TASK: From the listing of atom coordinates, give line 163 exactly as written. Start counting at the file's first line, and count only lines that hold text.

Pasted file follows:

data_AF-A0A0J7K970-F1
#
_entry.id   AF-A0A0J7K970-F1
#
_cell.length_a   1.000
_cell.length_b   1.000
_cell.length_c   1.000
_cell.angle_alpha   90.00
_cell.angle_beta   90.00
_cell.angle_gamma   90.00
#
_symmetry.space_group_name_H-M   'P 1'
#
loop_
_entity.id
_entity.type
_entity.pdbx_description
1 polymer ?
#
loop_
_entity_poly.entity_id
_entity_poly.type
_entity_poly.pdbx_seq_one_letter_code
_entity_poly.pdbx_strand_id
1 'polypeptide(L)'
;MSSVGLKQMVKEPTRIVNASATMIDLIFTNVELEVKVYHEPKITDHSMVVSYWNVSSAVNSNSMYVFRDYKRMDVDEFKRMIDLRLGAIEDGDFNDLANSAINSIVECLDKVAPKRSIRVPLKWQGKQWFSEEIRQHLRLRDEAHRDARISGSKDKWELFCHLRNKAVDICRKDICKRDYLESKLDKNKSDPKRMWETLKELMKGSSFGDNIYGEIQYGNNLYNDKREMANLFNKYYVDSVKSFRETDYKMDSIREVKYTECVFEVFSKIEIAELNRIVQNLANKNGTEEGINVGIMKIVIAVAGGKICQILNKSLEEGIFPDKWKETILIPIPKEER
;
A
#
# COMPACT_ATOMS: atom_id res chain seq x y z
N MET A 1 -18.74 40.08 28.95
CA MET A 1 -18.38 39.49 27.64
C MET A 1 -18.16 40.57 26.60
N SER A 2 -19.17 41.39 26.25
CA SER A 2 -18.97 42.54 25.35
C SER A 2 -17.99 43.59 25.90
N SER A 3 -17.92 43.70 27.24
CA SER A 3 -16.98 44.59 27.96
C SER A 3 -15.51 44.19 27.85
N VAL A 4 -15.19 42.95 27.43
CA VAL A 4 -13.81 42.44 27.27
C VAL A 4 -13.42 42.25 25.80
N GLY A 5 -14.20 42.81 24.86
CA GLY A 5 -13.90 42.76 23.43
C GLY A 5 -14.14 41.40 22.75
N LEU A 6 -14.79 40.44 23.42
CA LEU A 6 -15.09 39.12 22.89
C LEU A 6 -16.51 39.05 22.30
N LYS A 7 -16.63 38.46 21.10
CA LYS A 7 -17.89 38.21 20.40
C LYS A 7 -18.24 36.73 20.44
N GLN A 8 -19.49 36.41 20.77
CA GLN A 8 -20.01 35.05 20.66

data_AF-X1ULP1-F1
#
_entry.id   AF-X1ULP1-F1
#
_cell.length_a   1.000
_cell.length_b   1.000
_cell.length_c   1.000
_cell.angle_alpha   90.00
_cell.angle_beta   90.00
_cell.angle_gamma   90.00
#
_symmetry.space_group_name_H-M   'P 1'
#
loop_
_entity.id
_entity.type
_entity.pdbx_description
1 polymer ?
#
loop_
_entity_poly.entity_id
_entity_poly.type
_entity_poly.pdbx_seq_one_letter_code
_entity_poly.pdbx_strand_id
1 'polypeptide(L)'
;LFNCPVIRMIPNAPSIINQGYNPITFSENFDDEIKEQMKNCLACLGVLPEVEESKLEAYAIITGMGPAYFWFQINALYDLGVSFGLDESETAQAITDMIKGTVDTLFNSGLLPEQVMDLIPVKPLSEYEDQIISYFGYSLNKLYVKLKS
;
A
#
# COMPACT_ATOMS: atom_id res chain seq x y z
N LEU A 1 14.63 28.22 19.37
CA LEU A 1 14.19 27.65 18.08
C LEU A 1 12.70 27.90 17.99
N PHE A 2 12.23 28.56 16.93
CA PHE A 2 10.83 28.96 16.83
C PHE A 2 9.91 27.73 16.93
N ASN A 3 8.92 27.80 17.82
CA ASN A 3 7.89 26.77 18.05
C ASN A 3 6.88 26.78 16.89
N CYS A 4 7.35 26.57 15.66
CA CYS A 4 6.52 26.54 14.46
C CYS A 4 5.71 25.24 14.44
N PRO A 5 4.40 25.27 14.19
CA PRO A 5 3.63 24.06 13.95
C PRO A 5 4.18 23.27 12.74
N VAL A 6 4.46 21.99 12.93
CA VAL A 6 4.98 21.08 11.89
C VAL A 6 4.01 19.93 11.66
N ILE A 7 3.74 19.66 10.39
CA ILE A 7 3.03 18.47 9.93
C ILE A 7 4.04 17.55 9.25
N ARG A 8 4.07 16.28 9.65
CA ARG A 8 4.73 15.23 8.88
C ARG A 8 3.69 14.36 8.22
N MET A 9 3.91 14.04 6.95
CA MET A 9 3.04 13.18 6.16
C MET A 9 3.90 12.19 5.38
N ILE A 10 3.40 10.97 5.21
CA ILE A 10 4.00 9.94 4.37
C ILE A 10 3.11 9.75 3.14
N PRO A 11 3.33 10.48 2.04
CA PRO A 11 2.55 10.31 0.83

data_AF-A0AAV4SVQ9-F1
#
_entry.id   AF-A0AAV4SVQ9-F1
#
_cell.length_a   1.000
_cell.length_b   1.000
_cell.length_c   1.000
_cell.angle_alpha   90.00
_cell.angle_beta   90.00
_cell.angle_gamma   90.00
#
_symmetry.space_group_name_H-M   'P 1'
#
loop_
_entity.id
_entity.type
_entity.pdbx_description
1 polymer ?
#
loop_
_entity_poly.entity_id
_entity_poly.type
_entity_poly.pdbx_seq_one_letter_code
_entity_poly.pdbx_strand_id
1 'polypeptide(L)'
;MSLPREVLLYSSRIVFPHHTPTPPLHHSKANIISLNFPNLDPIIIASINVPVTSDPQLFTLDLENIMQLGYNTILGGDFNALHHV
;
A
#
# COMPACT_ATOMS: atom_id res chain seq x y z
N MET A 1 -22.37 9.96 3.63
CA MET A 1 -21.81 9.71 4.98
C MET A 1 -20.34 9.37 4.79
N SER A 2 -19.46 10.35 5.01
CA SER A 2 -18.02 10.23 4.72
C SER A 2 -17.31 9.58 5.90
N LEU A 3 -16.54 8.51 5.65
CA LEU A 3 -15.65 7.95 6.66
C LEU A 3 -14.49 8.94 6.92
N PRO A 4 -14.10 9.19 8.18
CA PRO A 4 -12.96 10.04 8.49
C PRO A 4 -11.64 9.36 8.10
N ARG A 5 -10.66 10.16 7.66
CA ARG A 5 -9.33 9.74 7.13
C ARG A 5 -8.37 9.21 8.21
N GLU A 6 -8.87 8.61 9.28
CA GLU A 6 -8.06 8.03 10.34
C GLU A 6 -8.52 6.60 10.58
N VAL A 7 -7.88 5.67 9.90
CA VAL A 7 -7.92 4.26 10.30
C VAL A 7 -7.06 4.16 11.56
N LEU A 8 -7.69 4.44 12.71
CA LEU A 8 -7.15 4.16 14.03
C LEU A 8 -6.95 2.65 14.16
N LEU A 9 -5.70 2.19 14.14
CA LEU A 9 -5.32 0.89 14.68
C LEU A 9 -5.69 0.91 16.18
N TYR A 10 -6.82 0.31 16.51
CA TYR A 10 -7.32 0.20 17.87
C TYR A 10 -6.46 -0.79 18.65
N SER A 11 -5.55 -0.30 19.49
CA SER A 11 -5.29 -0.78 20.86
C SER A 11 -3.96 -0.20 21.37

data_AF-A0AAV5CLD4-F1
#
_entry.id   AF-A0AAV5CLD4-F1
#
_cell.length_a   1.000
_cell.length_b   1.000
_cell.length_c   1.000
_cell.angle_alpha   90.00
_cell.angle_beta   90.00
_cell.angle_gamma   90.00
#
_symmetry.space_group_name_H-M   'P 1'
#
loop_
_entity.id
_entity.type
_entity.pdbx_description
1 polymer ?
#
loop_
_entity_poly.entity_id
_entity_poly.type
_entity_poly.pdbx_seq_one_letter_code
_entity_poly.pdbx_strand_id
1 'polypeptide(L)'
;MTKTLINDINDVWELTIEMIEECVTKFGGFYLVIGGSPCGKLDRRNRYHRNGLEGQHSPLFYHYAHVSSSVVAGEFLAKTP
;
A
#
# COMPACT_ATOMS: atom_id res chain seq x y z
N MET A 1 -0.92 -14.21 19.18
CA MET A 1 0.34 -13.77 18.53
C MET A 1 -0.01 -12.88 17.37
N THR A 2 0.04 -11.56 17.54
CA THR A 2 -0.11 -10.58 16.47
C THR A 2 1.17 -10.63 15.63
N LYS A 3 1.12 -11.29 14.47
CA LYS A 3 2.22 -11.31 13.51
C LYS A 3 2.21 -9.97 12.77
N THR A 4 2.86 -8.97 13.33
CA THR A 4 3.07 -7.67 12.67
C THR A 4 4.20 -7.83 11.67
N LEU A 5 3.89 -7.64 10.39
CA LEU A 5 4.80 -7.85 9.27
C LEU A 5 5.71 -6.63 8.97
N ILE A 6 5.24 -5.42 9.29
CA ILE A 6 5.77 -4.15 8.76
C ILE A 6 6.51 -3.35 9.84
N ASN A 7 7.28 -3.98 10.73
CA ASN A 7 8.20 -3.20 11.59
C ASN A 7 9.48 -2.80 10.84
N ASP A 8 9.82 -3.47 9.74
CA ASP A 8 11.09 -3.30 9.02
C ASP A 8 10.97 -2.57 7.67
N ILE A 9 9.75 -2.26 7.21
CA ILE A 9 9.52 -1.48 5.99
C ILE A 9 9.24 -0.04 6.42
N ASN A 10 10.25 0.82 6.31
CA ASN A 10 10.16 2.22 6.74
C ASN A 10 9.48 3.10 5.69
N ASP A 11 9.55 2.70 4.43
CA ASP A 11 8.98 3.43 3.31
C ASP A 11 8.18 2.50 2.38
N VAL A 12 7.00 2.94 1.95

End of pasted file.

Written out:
C GLU A 6 -8.52 6.60 10.58